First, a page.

Mr. Enzi successfully collaborated with Kennedy on the reauthorization of the Head Start program serving low-income children and on legislation that required insurance companies to cover treatment for mental illness in the same way that they covered treatments for other conditions.

During the battle over the Affordable Care Act, the 2010 legislation widely known as Obamacare, Mr. Enzi belonged to the so-called Gang of Six senators that sought a bipartisan deal on the overhaul of the health-care system.

(The other members included three Democrats — Max Baucus of Montana, Jeff Bingaman of New Mexico and Kent Conrad of North Dakota — and two Republicans in addition to Mr. Enzi, Charles E. Grassley of Iowa and Olympia J. Snowe of Maine.)

It was an intense effort, with the group holding hours-long sessions multiple times a day, but in the end it yielded no compromise. Amid conservative tea party fervor, the Affordable Care Act was passed without a single Republican vote.

In his reelection campaigns, Mr. Enzi rarely faced serious opposition until 2013, when Liz Cheney, the daughter of former vice president Richard B. Cheney, announced that she would challenge him for his Senate seat. Mr. Enzi was close to her father, a fly-fishing partner. “I thought we were friends,” Mr. Enzi remarked to reporters when Liz Cheney declared her plans to run.

The threat of a primary battle seemed poised to upset the GOP in Wyoming but ultimately subsided. Liz Cheney withdrew, winning the state’s at-large U.S. House seat two years later, and Mr. Enzi won his fourth and final term in the Senate. He was succeeded this year by Cynthia M. Lummis, also a Republican.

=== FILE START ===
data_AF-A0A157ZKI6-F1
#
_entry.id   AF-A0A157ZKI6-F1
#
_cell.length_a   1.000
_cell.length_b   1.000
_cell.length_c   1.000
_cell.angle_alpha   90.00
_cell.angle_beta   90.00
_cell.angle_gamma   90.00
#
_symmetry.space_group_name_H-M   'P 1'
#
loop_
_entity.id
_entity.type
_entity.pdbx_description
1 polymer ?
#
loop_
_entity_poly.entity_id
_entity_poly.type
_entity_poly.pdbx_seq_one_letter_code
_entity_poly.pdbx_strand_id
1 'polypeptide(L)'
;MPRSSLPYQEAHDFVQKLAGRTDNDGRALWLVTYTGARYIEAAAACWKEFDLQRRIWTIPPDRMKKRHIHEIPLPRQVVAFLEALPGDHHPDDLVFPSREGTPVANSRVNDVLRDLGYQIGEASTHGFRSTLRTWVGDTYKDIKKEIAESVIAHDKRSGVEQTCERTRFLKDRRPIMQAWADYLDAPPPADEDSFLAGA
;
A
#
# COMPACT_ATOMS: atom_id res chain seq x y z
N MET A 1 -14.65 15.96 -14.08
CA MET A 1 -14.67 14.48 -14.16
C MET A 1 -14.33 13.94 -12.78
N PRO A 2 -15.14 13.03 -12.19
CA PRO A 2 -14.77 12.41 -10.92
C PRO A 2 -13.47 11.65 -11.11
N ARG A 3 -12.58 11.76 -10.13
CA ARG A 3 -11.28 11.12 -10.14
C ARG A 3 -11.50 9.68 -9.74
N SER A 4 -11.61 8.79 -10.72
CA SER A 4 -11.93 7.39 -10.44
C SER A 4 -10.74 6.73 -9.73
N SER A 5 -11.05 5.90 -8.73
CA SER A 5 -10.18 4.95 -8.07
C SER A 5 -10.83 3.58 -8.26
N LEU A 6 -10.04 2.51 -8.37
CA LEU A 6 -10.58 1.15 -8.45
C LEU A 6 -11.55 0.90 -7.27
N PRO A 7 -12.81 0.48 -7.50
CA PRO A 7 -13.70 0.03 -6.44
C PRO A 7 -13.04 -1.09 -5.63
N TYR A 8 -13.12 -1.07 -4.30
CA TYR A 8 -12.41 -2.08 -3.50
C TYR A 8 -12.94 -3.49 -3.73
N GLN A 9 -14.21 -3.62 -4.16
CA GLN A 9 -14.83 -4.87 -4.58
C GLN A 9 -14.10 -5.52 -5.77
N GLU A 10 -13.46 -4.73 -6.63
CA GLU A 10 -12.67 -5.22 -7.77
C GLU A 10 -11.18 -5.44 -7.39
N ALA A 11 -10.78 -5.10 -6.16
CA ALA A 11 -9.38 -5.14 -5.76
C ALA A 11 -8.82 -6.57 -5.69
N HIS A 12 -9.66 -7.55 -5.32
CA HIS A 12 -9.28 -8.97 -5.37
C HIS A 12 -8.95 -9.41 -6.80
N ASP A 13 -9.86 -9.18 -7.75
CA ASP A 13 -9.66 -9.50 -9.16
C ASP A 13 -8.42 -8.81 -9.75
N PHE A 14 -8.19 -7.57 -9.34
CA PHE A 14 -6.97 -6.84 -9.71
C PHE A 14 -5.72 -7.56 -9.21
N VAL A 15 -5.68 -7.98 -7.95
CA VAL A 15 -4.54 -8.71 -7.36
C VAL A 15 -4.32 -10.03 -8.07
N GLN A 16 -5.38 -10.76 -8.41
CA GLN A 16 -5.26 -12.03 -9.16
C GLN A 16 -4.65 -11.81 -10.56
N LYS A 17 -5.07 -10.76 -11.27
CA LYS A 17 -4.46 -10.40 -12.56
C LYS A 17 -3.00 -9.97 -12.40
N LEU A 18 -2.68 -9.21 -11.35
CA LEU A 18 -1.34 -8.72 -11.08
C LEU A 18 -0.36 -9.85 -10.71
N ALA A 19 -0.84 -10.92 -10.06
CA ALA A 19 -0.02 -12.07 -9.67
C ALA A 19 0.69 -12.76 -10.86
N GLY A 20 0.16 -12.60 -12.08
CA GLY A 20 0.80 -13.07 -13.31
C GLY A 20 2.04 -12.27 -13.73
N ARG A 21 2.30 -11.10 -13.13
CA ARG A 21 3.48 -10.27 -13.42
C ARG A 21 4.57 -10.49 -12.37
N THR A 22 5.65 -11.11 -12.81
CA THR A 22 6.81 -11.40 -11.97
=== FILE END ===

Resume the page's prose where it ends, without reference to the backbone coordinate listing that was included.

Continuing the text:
Michael Bradley Enzi, the son of a shoe salesman, was born in Bremerton, Wash., on Feb. 1, 1944. He grew up in Wyoming, graduating from high school in Sheridan, before moving east for his undergraduate studies. He received a bachelor’s degree in accounting from George Washington University in 1966, then received a master of science in business administration degree from the University of Denver in 1968.

Mr. Enzi settled in Gillette, where he started his business, NZ Shoes, in 1969 and married Diana Buckley the same year. They later expanded the shoe business to include stores in two other cities, with Mr. Enzi serving in the Wyoming Air National Guard from 1967 to 1973.

Besides his wife, of Gillette, survivors include three children, Brad Enzi of Laramie, Wyo., Emily McGrady of Cheyenne, Wyo., and Amy Strom of Reno, Nev.; and four grandchildren.

After serving as mayor of Gillette for two terms beginning in 1975, Mr. Enzi served in the Wyoming House from 1987 to 1991 and then in the state Senate until his election to the U.S. Senate in 1996. In that race, he defeated future U.S. senator John Barrasso in the Republican primary and Democrat Kathy Karpan, a former Wyoming secretary of state, in the general election.

In his farewell address, Mr. Enzi reflected on the 80 percent rule and the accomplishments he said it might yield if more lawmakers adhered to it.

“Following the 80 percent tool will not get you notoriety, fame or even the headlines,” he observed. “Most media coverage requires ‘blood in the water.’ However, the ability to work among your peers using this method can — and will — move us forward and get things done.”